Bore oil on fretboards?
When it comes to rosewood fretboards, my local guitar tech swears by bore oil. He treated a Strat I had with it, and I liked how it darkened the wood and didn't leave a smelly residue like lemon oil.
What do you guys think? Bore oil is apparently mineral oil. Anybody use it? Anybody specifically think it's a bad thing to put on fretboards?
A while back I did a little study on fretboard treatments.
Mineral oil leaves a residue that eventually becomes sticky and attracts dirt. It sits on top of the wood. It will soften the top layer of the wood a little, which isn't necessarily a good thing on a fingerboard that deals with hard fingernails, metal string friction, etc. I've seen woods, including fingerboards, treated with mineral oil that you could sink a fingernail into. In fact, my wife used to treat our maple cutting board with it, and you could literally write your name in it with the edge of a finger. So be careful with that stuff.
Lemon oil is essentially naphtha with a little lemon scent so it doesn't smell like the dry cleaners (naphtha is the main ingredient in a lot of dry cleaning stuff). Lemon oil is good for cleaning the fretboard, and should be wiped off immediately.
Bore oil is for woodwind instruments that pick up spit and moisture from the instrument being blown into. The wood on such an instrument would rot unless it was treated with something that adhered to the outside of the wood and left a residue of oil. So its purpose is far different from the needs of a fingerboard, that gets moisture and oils at the same time from your hands, but isn't in a confined space like the inside of a blow hole, and it is open to the air for quicker evaporation, leaving the oils from your fingers behind. In many cases, woodwind instruments are also finished with a coating inside.
If you've ever looked inside a clarinet case, you'll see one of those disgusting looking cleaning sticks with cloth attached to it to dry the danged instrument after playing it. They need those. The things get sopping wet with smelly spit. And they need that oily goop on the inside of the clarinet to keep it from rotting outright from their breath and saliva. No wonder clarinet players can't get dates. Their cases are full of smelly goo.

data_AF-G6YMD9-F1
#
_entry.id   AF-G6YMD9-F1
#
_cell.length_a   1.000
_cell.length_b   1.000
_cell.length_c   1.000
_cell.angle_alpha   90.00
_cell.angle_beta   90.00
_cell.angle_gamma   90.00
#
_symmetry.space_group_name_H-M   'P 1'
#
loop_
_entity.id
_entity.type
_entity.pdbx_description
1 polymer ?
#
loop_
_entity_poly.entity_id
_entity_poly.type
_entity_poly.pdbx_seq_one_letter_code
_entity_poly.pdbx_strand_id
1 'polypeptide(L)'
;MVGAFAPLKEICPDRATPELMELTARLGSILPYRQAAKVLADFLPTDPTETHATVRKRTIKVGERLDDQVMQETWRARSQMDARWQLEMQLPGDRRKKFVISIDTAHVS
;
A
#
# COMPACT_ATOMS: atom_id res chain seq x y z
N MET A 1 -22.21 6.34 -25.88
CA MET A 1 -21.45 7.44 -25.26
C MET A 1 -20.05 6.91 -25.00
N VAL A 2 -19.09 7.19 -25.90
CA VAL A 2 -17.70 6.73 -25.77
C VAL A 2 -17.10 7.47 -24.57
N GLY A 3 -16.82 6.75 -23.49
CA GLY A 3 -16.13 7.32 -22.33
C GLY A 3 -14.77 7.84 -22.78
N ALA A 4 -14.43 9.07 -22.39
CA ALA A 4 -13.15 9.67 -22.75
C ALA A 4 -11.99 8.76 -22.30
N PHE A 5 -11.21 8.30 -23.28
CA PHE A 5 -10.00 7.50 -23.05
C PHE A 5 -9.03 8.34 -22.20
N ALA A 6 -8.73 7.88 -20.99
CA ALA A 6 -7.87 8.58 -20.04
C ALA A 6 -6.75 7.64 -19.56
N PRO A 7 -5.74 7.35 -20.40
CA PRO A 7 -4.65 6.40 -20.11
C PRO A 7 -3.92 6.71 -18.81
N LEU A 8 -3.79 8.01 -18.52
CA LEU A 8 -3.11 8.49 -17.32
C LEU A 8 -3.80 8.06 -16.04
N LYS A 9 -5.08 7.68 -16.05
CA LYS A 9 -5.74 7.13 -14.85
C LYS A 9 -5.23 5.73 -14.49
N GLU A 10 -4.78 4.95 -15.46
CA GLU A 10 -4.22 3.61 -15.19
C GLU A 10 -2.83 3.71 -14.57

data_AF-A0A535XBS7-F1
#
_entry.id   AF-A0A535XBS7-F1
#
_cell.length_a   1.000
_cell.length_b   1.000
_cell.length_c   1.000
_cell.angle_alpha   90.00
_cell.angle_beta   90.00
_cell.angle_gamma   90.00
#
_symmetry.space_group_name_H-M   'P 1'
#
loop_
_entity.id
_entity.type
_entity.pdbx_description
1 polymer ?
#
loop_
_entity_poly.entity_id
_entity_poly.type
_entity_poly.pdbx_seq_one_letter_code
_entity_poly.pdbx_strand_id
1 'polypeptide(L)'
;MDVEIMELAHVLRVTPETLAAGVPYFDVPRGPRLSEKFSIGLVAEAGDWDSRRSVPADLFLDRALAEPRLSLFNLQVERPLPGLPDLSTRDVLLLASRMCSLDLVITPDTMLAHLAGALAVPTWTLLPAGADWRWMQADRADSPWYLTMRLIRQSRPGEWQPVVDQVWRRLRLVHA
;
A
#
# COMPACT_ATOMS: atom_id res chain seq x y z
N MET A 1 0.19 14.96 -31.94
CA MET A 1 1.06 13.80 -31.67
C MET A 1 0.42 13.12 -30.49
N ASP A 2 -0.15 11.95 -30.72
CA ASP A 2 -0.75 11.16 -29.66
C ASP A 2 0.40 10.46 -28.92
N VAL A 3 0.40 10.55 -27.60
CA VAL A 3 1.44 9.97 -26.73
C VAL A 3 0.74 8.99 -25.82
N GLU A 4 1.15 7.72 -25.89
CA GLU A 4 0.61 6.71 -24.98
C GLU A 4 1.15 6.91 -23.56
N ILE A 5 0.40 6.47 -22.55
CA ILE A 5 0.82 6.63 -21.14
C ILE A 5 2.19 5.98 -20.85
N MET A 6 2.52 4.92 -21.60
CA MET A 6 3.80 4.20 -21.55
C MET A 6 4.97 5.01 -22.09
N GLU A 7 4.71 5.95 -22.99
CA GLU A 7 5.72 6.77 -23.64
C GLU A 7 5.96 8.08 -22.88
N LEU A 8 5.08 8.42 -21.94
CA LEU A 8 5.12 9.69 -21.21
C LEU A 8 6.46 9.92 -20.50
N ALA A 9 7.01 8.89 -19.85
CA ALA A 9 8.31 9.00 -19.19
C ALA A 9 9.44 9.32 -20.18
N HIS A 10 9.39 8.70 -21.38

But you're a guitar player. OK, maybe you have a harmonica, but they're so cheap no one cares if it rots. In fact, people will be happy if your harmonica rots, because then they don't have to listen to it.
There seem to be several schools of thought on fingerboards. Some people think that an oily fingerboard will somehow look better, or last longer. I can't speak to looks, but it sure won't last longer. I have a 1965 Gibson SG Special with a perfectly fine fingerboard that has never been oiled in its lifetime. Ever. And it has sat through neglect, Michigan winters, dry heated rooms, my kids' rooms, dorm rooms, winters in the equipment van, you name it. Not atypical, by the way.
How many cracked fretboards have you seen (where the cracks were from lack of oil)? I've never seen one. I've seen some broken ones from being dropped. I've got friends and session guys who come in with very old guitars to my studio, some dating back to the 30s, and none have a cracked fingerboard. And they don't baby them with anything.
I have never oiled a maple or ebony board. I had a tech who once nearly ruined my rosewood Artist II fingerboard, by gooping lemon oil on it and leaving it sit for hours, but other than a little swelling by the frets that eventually went down, all it did was discolor and aesthetically ruin the maple inlays. I could have killed him for doing me this "favor". It could have loosened the glue holding the inlays, but I was lucky.
I've used only lemon oil stuff to clean rosewood boards, immediately wiping it off as recommended by PRS. PRS' recommendation is a pretty good one. I haven't needed to use furniture polish on the fingerboard, but I tried it on a rosewood neck and it made it slick without any goopy buildup.
I'm of the school of thought that fingerboards are made with oily woods that generally don't need treatment of any kind. They need an occasional cleaning and that's it. A wipe down after play if your hands are sweaty (mine are very dry).
I believe that people love their guitars, and want to be good to them, and so buy products that somehow are touted to do good things, but they are usually doing more harm than good.
How often do you see a guitar with polishing swirl marks that wouldn't be there if only the owner had simply used a soft damp cloth to clean it and dried it with a microfiber or chamois? It's not like a car that sits outside and needs an occasional wax to keep the road grime and bird poop from abrading the finish!
But that's me. I'm a minimalist.
However, if you ask anyone who's worked on my guitars, or have seen them, they'll tell you that regardless of how long I've had them, they're in amazing shape. Except that old beater '65. But its fingerboard is in amazing shape. LOL!
Last edited by LSchefman; 06-22-2013 at 01:38 PM.